Northeastern University Background
The difficulties associated with caring for a newborn during their first developmental stages include ensuring safety and passing of developmental milestones set by pediatricians. Baby monitoring systems in the market are bought by parents to directly observe their child and receive alerts when something important happens (crying, waking up, etc.). The visual triggers are often simple (“motion within zone”), which have many false alarms, and fail to catch events of interest like lethal/serious injuries caused by preventable accidents, identification of early signs of neurodevelopmental disorders (eg. Torticollis, cerebral palsy, autism spectrum disorder, sudden infant death syndrome during sleep). While these monitoring devices can provide a level of comfort and security to parents, even the most expensive systems are limited in the information and notification regarding an infant’s activity and developmental process.
There exist very few recent attempts initiated by the computer vision community to automatically perform body pose/posture estimation and movement tracking on videos of infants. These models all heavily rely on having access to both RGB and depth data sequences, which hinders their use in regular webcam-based monitoring systems. On the other hand, recent powerful RGB-based pose estimation models trained on large-scale adult activity datasets have limited success in estimating infant movements due to the significant differences in their body ratios, the complexity of infant poses, and types of their activities. More specifically, publicly available large-scale human pose datasets are predominantly scenes from sports, TV shows, and other daily activities performed by adult humans, and none of these datasets provides exemplars of activities of infants. Additionally, privacy and security considerations hinder the availability of adequate infant images/videos required for training of a robust model with deep structure from scratch. Hence, there is an unmet need for data-efficient and privacy-preserving infant pose and posture recognition models to promote the applications of AI-guided infant motor function screening tools towards early diagnosis and intervention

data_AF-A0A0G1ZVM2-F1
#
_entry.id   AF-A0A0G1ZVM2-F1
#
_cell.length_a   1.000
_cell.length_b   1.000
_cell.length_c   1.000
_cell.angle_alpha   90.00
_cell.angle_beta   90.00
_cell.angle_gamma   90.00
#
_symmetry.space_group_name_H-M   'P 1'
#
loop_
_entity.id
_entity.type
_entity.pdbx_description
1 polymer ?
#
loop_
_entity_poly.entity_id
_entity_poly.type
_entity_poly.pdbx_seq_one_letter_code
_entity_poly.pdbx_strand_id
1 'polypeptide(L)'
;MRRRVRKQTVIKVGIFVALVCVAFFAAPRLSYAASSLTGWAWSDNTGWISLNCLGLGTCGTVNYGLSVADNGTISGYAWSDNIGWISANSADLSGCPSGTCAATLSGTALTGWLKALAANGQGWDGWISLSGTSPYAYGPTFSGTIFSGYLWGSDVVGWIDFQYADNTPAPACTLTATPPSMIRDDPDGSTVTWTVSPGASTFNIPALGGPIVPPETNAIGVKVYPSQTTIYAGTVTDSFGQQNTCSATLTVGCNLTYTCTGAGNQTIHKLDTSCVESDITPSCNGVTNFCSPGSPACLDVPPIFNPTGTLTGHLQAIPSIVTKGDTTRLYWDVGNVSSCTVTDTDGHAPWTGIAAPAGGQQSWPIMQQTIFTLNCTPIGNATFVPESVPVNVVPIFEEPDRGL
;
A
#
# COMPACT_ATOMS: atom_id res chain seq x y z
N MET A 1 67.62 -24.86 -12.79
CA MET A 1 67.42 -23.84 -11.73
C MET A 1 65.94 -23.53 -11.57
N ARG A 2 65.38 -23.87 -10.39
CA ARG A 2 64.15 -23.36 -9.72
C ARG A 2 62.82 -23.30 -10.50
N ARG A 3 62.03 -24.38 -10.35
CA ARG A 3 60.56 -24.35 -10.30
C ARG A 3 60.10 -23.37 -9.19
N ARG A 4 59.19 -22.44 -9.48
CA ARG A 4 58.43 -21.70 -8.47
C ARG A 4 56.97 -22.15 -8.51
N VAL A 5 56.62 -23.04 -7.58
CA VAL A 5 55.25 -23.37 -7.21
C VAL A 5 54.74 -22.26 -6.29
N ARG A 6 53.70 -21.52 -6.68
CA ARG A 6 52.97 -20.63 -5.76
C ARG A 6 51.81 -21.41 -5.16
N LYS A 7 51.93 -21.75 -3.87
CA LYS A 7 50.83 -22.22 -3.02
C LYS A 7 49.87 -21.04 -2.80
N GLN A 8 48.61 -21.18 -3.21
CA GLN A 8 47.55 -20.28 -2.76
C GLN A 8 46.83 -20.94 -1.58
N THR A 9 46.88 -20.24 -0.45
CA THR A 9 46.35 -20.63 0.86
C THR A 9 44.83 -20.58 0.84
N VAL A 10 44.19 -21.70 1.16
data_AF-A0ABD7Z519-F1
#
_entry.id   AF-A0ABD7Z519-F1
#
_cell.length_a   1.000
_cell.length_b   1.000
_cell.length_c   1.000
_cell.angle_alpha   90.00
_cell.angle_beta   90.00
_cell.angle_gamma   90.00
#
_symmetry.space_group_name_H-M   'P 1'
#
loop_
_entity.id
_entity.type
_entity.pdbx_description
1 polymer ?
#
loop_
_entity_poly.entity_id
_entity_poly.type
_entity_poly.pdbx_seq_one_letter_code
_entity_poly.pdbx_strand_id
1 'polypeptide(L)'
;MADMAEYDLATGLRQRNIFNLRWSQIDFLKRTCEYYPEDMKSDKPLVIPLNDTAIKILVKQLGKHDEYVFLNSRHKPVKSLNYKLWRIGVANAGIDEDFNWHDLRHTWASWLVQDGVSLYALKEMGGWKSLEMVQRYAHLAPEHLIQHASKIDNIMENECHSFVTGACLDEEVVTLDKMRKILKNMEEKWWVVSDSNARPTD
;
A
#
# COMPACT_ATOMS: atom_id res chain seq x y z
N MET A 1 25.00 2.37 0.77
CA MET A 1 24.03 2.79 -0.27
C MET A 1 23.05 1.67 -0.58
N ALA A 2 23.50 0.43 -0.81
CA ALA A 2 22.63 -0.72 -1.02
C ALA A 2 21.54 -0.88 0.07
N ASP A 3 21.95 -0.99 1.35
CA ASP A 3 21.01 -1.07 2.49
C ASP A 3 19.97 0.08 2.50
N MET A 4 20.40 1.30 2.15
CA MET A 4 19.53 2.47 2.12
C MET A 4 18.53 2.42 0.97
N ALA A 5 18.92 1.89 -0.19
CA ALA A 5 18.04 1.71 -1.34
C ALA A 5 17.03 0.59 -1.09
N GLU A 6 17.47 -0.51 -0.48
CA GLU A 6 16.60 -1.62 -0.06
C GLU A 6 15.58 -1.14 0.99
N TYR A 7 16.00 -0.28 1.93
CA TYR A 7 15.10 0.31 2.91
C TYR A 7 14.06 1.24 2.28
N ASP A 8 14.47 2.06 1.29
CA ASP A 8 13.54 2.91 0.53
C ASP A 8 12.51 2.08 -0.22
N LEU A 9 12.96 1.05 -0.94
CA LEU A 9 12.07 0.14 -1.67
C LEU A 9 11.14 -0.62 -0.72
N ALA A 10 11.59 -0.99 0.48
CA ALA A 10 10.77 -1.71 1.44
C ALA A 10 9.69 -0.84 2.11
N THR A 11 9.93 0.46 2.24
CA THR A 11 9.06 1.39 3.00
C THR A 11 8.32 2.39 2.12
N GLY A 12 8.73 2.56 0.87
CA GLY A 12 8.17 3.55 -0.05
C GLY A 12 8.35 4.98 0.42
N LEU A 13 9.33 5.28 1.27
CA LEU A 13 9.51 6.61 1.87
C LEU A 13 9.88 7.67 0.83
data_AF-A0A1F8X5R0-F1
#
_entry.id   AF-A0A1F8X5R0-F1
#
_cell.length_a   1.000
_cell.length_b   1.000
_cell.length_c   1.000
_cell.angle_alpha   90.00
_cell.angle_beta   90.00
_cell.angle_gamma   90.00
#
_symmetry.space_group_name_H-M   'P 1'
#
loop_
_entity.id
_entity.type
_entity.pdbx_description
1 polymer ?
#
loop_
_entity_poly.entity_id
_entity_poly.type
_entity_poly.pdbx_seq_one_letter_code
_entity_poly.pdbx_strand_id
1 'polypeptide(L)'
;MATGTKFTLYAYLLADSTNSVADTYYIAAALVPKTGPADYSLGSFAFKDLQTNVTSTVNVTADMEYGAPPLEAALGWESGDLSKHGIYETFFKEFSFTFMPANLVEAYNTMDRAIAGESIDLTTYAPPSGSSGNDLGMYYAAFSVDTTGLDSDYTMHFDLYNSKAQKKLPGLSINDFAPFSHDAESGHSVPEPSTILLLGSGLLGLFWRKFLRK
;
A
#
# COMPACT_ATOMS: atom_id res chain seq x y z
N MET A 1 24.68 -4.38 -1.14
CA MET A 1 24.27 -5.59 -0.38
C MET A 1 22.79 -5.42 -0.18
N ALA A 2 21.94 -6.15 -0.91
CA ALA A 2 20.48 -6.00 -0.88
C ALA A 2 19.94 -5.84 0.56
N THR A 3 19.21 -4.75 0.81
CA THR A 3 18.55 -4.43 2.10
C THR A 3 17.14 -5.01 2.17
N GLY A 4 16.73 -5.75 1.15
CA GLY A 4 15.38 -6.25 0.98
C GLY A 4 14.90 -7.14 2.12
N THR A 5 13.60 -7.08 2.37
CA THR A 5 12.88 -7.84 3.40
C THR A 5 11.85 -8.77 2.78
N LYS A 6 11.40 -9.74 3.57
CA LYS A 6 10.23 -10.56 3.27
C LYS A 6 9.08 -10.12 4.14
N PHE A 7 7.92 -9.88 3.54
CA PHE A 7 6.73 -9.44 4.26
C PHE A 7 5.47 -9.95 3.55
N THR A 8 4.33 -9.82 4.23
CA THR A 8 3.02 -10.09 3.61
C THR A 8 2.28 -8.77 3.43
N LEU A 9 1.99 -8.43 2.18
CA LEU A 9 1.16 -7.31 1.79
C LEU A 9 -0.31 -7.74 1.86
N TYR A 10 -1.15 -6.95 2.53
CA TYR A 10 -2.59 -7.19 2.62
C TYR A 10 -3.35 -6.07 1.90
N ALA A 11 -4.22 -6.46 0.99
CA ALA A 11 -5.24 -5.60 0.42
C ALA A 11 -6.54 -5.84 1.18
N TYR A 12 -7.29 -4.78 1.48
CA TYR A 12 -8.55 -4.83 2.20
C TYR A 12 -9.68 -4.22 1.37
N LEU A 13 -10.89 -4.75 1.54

Researchers at Northeastern have developed an artificial intelligence (AI)-guided cloud-based baby monitoring system, called AiWover. AiWover tracks the baby’s movements in the crib and the playroom, categorizes the poses and postures, and analyzes the baby’s activity and development. AiWover’s advanced AI-based system is based on cutting-edge research and provides accurate monitoring by collecting massive amounts of data on the child’s activities, interpreting the data using advanced AI algorithms, and providing user-friendly summaries and alerts to parents, pediatricians, and developmental specialists. Initial models are focused on infant motion monitoring based on real time body pose assessment, but future components of this ecosystem will include other sensing modalities that parents can integrate in to the secure, privacy-preserving cloud-enabled infant activity monitoring system. Novel private datasets with babies provides AiWover’s algorithms a unique advantage over competitors that rely on adult body/pose imagery. This technology also allows models to learn efficiently from a small number of experimental (real) data supplemented by synthetic data produced by in-house generative models.
Reliable updates through accurate pose and posture tracking allows for smart monitoring of baby’s activity and development
Notifications to alarm care-givers in situations of potential accidents
Identification of early developmental disorders, especially during the first two months after birth
Activity recognition and situational awareness
Privacy-preserving, due to being non-RGB as well its in-situ processing
Unlike existing approaches to in-bed behavior monitoring (i.e. wearable sensors, pressure mats) this system is fully non-contact
Small form factor
Infant monitoring ‑ infant pose/posture monitoring for daily checkup, early motor screening, tele-health/rehabilitation
Sleep posture monitoring for pregnant women
Continuous bed-bound patient monitoring in nursing homes and hospitals
Idea validation through customer discovery
Connecting with prospective investors